Kaushik Ranchod from the Ranchod Law Group welcomes you to this episode of the Immigration show. In this episode, Kaushik will talk about case studies for J-1 waivers. In particular, the case studies covered in this episode are the J-1 persecution waiver and the J-1 exceptional hardship waiver.
J-1 Persecution Waiver
The first case study that we will discuss is the J-1 persecution waiver, where the individual had Fulbright U.S. government funding. In this situation, when our client went back to her home country, she was interrogated, and they asked her to provide certain information. She did not disclose that information; she concealed it because, in that situation, she feared for her life. So she ended up leaving her country and not providing that information.
When she came to the United States, she was teaching. So her teaching activity was another factor that the government wanted to persecute her.
So in this situation, because of her actions and political opinion, she would have been persecuted.
I’m happy to say that we successfully got the case approved so she would not be persecuted if she went back to her home country. If you’re a Fulbright scholar or you have received U.S. government funding, you may want to consider a J-1 persecution waiver. The J-1 persecution waiver may be viable if you don’t have qualifying relatives required by the exceptional hardship waiver.
The Exceptional Hardship Waiver Case Study
Case study number two is about a success story for an exceptional hardship waiver. As I previously mentioned, you need a qualifying relative to apply for an exceptional hardship waiver.
The Qualifying Relative
A qualifying relative can be your spouse who is a lawful permanent resident, a U.S. citizen spouse, or a child who’s a permanent resident or U.S. citizen. So in this specific situation, the spouse was a qualifying relative.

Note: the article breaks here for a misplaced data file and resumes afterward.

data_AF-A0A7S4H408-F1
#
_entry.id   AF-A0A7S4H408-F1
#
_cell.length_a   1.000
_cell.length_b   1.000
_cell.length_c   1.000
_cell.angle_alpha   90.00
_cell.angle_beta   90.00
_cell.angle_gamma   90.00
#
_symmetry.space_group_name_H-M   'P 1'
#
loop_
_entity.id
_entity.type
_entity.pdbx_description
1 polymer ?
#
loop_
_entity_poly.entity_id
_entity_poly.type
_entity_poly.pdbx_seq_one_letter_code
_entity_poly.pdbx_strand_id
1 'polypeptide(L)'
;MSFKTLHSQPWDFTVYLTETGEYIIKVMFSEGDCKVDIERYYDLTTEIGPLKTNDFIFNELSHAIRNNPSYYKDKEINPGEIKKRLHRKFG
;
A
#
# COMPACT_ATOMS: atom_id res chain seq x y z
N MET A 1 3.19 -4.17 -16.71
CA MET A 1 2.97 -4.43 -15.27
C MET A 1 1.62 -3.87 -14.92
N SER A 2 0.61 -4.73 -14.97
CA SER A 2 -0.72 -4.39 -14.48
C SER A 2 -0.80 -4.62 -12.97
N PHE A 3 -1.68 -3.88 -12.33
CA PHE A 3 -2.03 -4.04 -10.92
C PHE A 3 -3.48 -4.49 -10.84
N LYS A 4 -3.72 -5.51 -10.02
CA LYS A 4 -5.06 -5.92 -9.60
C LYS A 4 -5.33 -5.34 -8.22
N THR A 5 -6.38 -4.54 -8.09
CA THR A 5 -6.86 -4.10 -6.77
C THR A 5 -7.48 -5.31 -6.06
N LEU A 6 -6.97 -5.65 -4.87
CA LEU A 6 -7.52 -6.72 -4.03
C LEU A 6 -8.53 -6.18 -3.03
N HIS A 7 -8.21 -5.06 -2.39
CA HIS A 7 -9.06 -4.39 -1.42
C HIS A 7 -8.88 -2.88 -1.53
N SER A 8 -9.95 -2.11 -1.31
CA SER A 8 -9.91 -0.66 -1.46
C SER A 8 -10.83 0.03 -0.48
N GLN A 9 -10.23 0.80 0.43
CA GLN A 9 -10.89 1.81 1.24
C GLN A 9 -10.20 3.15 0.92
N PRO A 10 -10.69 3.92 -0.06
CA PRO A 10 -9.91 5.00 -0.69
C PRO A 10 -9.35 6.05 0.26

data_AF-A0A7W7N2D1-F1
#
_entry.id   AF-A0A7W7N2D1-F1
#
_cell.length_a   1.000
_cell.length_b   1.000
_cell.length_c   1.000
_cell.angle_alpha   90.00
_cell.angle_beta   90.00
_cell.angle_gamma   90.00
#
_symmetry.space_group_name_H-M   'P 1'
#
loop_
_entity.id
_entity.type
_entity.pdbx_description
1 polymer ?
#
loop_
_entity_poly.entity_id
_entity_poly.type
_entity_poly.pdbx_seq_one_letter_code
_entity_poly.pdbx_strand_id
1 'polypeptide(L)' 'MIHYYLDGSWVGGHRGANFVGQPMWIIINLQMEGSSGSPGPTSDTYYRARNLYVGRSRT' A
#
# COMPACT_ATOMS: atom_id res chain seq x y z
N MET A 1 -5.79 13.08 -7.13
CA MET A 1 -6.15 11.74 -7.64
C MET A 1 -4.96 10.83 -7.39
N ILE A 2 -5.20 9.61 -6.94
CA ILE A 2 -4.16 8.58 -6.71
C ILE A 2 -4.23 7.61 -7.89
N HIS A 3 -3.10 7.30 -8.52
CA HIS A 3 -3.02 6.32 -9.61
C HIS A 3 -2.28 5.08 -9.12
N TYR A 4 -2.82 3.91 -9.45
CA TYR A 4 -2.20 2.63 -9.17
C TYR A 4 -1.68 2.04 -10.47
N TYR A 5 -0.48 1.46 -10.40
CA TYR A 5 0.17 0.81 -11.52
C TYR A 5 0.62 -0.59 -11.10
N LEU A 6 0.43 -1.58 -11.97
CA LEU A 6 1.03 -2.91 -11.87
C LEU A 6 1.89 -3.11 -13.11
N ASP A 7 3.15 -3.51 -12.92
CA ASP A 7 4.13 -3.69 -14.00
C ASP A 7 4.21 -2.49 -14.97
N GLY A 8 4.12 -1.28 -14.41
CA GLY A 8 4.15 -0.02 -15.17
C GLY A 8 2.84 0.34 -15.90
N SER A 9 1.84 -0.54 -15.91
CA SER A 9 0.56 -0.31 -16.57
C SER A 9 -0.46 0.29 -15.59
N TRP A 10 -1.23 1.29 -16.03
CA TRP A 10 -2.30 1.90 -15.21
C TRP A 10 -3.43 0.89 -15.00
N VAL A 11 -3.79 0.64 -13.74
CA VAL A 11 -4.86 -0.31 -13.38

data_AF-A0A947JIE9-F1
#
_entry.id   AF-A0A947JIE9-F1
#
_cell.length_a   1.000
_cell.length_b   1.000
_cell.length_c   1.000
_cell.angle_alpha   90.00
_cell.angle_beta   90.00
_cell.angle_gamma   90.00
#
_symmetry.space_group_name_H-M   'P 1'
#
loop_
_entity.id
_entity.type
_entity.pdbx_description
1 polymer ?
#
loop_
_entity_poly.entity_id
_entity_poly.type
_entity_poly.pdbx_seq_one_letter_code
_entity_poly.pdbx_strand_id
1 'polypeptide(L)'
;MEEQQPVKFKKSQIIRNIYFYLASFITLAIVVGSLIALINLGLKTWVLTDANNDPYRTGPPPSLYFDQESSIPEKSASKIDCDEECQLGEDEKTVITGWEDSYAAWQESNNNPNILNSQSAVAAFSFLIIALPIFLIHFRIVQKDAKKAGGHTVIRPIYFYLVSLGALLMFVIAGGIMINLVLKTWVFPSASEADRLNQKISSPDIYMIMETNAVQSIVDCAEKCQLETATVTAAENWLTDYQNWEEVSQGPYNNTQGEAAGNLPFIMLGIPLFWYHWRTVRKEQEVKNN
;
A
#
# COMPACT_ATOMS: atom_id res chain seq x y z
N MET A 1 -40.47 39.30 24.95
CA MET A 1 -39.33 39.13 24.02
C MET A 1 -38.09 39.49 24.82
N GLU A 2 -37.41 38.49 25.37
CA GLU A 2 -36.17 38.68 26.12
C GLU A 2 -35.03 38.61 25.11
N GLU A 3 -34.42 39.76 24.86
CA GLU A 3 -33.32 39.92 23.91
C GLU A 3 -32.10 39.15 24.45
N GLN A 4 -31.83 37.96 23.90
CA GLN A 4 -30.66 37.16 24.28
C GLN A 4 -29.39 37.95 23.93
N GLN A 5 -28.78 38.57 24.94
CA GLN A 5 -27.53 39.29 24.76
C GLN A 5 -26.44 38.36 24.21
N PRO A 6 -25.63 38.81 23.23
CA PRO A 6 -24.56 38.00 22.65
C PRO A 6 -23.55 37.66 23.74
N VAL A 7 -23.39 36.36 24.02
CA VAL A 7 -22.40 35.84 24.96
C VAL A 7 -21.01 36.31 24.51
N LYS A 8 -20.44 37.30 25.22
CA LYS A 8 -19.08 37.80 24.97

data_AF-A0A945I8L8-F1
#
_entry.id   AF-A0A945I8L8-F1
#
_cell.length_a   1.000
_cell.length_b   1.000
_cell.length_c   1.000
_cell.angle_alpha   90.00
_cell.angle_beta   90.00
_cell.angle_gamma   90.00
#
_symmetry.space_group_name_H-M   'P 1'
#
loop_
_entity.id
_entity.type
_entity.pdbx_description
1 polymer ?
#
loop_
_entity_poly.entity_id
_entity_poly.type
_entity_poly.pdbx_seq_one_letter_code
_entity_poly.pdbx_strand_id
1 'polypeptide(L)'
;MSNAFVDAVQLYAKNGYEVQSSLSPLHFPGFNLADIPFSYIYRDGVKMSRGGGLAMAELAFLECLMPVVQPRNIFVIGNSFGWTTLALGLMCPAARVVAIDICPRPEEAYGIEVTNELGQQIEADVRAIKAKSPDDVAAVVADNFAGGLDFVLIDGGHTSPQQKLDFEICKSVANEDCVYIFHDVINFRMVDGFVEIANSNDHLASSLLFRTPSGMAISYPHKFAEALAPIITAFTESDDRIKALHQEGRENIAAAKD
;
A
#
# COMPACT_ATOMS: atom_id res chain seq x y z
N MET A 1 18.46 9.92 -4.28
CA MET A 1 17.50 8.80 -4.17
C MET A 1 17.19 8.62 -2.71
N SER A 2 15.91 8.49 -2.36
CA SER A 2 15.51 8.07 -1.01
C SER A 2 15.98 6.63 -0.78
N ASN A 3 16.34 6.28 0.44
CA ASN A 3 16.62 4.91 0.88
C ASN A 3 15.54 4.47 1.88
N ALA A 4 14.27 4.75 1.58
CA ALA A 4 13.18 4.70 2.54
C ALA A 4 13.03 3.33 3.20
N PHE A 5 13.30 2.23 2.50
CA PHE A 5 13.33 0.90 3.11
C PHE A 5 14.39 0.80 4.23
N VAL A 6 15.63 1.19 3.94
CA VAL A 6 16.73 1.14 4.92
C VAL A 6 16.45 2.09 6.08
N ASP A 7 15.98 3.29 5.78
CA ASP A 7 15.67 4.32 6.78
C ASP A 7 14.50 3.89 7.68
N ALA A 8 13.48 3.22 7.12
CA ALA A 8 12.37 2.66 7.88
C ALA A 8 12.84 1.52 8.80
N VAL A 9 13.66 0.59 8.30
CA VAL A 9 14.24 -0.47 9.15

In this case, this spouse was a Veteran with a minor disability. The couple relies on the insurance and health care provided by the U.S. government. If they were forced to leave the U.S., they would not have had access to the healthcare insurance and the healthcare programs offered by the V.A. in the United States. Also, our client’s stepson could not leave the United States because the father would not allow the stepson to leave the country. So we argued that as a form of hardship as well. We also argued that the client’s wife and stepson rely on our client’s income, which would be a form of financial hardship if they were forced to separate.
Extreme Emotional Hardship
In this situation, we were also able to argue extreme emotional hardship. The wife was suffering from anxiety and depression because the husband may have had to go back to his home country for two years.
Mere Separation does not constitute Extreme Emotional Hardship
It’s important to note that mere separation is insufficient and does not constitute Extreme Emotional Hardship. In this situation, our immigration attorneys who worked on this case proved hardship by proving that the circumstances exerted pressure that would go above and beyond mere separation. The anxiety and depression would be beyond what a normal separation would entail.
No Objection Waiver Denials
Another point that I want to bring up before ending this article is the “No Objection” Statement or No Objection Waiver. We are receiving more calls from individuals on a Fulbright program, have received government funding, and are getting their No Objection Waiver denied.
If you receive U.S. government funding, usually, you’re going to get the No Objection waiver denied. So I invite you to call us and speak to one of our Immigration attorneys at the office or me. We are here to provide you with information and help you understand the No Objection Waiver. Learn more about these waivers and the procedures to follow. Every situation is unique: choosing the correct legal process and waiver will differentiate between an approval or denial of your case.
Thank you for taking the time to watch the video and read this article about the J-1 Persecution Waiver and the J-1 Exceptional Hardship Waiver.